Humans have a tendency to improvise when faced with problems and some prove to be quite resourceful. Most of the things we use nowadays were born out of necessity, but some were created by people with a bit of luck and a dash of genius. Here are some such stories:
A French doctor named Rene Theophile Hyacinthe Laënnec (1781–1826) at the Necker-Enfants Malades Hospital in Paris invented the first stethoscope in 1816. Before its discovery, physicians used to tap their fingers on the patient’s chest in order to get clues about their condition. This proved to be a problem for this gentleman doctor when he needed to inspect a young female patient. Reluctant to embarrass the girl, he rolled up a sheet of paper to create a tube, which he then placed on her chest. He was surprised when this method actually facilitated an accurate diagnosis. This breakthrough led to the invention of the first stethoscope.
In 1920, a lowly cotton buyer for Johnson & Johnson named Earle Dickson was married to a rather clumsy woman named Josephine. Josephine was very accident prone, which made life difficult for poor Earl, since medical accessories weren’t cheap. When he realized that his wife’s accidents wouldn’t stop, he had an idea. He cut a small piece of gauze and placed it on another strip of gauze with adhesive on each end. Josephine’s wounds were saved from getting infected, but no one knows if she stopped walking into walls or not. By 1939, band-aids were also sterilized, just in time for World War II.
Nitrous Oxide Anesthesia
Before anesthesia, a doctor was judged on how fast he could complete a procedure, rather than his technical skill. Techniques to relieve a patient’s pain included distraction, alcohol administration and even hitting the patient so hard that he blacked out. That changed when Horace Wells, a dentist in Hartford, USA, had a moment of vision. In 1844, Nitrous Oxide gas used by dentists was considered a party drug, since it made people ‘happy’ and relaxed. His friend took too much of the laughing gas during a stage show, hoping to entertain the crowd. During the act, he accidentally cut his leg, but to his surprise, he didn’t feel a thing! Excited by this discovery, Horace patented the use of Nitrous Oxide as the most primitive anesthetic. Although Horace Wells is credited with creation of anesthesia, he died a tragic death after a life of addiction to his own product.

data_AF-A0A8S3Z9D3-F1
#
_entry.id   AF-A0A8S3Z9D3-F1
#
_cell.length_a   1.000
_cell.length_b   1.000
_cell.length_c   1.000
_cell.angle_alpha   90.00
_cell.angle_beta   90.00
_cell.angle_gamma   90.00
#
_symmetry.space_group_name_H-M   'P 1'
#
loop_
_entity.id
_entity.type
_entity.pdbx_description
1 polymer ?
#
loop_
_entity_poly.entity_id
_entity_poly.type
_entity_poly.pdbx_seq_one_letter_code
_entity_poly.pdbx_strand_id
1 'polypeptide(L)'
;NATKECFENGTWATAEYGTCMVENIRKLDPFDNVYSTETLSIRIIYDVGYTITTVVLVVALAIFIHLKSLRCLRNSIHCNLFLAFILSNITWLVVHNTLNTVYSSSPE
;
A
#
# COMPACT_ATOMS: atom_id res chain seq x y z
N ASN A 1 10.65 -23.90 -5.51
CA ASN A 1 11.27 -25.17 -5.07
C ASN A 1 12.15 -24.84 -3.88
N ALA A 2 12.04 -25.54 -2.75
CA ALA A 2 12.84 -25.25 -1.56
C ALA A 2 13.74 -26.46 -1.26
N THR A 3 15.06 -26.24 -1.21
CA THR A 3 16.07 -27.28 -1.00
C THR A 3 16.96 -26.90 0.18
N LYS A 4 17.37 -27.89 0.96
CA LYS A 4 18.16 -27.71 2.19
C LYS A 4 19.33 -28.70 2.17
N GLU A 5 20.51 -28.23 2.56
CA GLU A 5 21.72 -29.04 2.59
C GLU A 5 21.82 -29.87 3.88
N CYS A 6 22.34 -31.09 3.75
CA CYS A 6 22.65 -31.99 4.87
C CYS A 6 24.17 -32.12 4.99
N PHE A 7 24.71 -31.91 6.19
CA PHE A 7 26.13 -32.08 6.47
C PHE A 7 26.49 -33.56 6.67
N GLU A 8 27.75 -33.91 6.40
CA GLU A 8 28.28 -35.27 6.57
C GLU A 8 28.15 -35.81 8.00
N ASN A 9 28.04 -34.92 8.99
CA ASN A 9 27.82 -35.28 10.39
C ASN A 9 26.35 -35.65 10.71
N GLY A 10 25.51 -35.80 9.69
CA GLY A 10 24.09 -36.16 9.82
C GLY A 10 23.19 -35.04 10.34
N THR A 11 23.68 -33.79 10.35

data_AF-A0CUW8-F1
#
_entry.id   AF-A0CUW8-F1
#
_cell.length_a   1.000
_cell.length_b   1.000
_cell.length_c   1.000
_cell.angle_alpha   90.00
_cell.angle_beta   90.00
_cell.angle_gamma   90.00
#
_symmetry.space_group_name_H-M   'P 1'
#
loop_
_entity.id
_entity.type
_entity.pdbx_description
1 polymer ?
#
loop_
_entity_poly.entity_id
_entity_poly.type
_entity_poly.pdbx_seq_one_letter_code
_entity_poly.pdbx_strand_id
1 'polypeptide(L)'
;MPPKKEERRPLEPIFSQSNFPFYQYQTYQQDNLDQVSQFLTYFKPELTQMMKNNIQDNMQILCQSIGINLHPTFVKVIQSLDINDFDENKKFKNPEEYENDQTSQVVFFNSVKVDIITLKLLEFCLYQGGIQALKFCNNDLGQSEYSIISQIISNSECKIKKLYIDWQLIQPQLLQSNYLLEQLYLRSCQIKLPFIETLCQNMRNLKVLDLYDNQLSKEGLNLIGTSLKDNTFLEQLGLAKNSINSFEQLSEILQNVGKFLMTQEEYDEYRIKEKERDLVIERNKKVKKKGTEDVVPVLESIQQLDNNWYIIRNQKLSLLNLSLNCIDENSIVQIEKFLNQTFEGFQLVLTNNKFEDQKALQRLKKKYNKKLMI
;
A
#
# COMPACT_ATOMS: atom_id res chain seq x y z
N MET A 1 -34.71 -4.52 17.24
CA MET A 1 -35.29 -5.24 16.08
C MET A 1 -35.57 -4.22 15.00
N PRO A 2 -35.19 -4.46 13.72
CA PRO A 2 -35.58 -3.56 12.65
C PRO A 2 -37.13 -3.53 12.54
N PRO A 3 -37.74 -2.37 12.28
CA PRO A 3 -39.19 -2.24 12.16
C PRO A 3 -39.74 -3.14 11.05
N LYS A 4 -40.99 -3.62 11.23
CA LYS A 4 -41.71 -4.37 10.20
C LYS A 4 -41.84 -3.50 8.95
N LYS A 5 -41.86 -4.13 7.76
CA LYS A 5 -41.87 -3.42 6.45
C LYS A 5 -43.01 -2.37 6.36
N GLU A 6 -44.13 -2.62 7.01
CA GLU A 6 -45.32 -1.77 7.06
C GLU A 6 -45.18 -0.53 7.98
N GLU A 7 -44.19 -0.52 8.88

In 1932, a man named Percy Spencer managed to become one of three people hired to install electricity in a paper mill plant, despite having never received any formal training in electrical engineering, nor even finishing grammar school. Largely due to his talent and hard work, he taught himself trigonometry, calculus, chemistry, physics, and metallurgy, among other subjects. He then won a government contract to produce combat radar equipment for World War II. One day, while Spencer was working on building magnetrons for radar sets, he was standing in front of an active radar set when he noticed that the candy bar in his pocket had melted. After much investigation, he developed a huge box that could shoot electromagnetic radiation at food objects to heat them. Now, we have similar, albeit smaller, boxes to make popcorn and re-heat the leftovers!
In 1956, Wilson Greatbatch was working on building a heart rhythm recording device at the University of Buffalo. He reached into a box and pulled out a resistor of the wrong size and plugged it into the circuit. When he installed it, he recognized the rhythmic lub-dub sound of the human heart. The beat, according to his 2001 obituary in The New York Times, reminded him of chats he had with other scientists about whether an electrical stimulation could make up for a breakdown in the heart's natural beats. Before then, pacemakers were hulking machines the size of TVs. Greatbatch's implantable device of just 2 cubic inches forever changed life expectancy in the world. Now, more than half a million of the devices are implanted every year.